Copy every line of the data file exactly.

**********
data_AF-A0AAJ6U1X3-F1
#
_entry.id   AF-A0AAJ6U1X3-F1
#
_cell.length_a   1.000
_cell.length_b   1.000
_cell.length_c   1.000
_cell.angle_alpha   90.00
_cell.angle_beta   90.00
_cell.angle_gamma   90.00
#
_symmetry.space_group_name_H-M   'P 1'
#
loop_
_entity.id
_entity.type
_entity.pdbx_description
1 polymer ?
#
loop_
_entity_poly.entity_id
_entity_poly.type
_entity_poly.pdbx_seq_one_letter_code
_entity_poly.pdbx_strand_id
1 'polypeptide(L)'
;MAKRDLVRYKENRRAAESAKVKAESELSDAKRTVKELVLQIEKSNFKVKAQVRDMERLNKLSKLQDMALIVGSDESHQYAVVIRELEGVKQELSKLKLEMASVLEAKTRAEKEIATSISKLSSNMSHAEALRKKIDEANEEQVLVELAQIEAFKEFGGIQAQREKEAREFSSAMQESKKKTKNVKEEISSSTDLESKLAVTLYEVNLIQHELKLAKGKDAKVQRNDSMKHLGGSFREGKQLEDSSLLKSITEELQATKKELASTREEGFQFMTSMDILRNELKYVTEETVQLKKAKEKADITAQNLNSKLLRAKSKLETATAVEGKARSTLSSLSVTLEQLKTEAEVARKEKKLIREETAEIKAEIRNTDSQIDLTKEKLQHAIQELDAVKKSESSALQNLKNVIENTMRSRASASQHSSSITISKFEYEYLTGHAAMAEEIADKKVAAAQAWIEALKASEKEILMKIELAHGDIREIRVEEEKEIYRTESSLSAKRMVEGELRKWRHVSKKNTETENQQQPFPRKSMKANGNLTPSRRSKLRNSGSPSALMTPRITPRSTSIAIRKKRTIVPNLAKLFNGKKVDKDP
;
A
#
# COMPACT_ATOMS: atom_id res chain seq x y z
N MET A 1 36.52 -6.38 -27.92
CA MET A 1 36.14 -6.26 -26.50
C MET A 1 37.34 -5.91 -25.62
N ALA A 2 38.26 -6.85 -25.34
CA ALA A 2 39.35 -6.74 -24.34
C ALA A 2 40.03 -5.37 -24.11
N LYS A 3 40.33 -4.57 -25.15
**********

data_AF-A0AAJ6U1X3-F1
#
_entry.id   AF-A0AAJ6U1X3-F1
#
_cell.length_a   1.000
_cell.length_b   1.000
_cell.length_c   1.000
_cell.angle_alpha   90.00
_cell.angle_beta   90.00
_cell.angle_gamma   90.00
#
_symmetry.space_group_name_H-M   'P 1'
#
loop_
_entity.id
_entity.type
_entity.pdbx_description
1 polymer ?
#
loop_
_entity_poly.entity_id
_entity_poly.type
_entity_poly.pdbx_seq_one_letter_code
_entity_poly.pdbx_strand_id
1 'polypeptide(L)'
;MAKRDLVRYKENRRAAESAKVKAESELSDAKRTVKELVLQIEKSNFKVKAQVRDMERLNKLSKLQDMALIVGSDESHQYAVVIRELEGVKQELSKLKLEMASVLEAKTRAEKEIATSISKLSSNMSHAEALRKKIDEANEEQVLVELAQIEAFKEFGGIQAQREKEAREFSSAMQESKKKTKNVKEEISSSTDLESKLAVTLYEVNLIQHELKLAKGKDAKVQRNDSMKHLGGSFREGKQLEDSSLLKSITEELQATKKELASTREEGFQFMTSMDILRNELKYVTEETVQLKKAKEKADITAQNLNSKLLRAKSKLETATAVEGKARSTLSSLSVTLEQLKTEAEVARKEKKLIREETAEIKAEIRNTDSQIDLTKEKLQHAIQELDAVKKSESSALQNLKNVIENTMRSRASASQHSSSITISKFEYEYLTGHAAMAEEIADKKVAAAQAWIEALKASEKEILMKIELAHGDIREIRVEEEKEIYRTESSLSAKRMVEGELRKWRHVSKKNTETENQQQPFPRKSMKANGNLTPSRRSKLRNSGSPSALMTPRITPRSTSIAIRKKRTIVPNLAKLFNGKKVDKDP
;
A
#
# COMPACT_ATOMS: atom_id res chain seq x y z
N MET A 1 36.52 -6.38 -27.92
CA MET A 1 36.14 -6.26 -26.50
C MET A 1 37.34 -5.91 -25.62
N ALA A 2 38.26 -6.85 -25.34
CA ALA A 2 39.35 -6.74 -24.34
C ALA A 2 40.03 -5.37 -24.11
N LYS A 3 40.33 -4.57 -25.15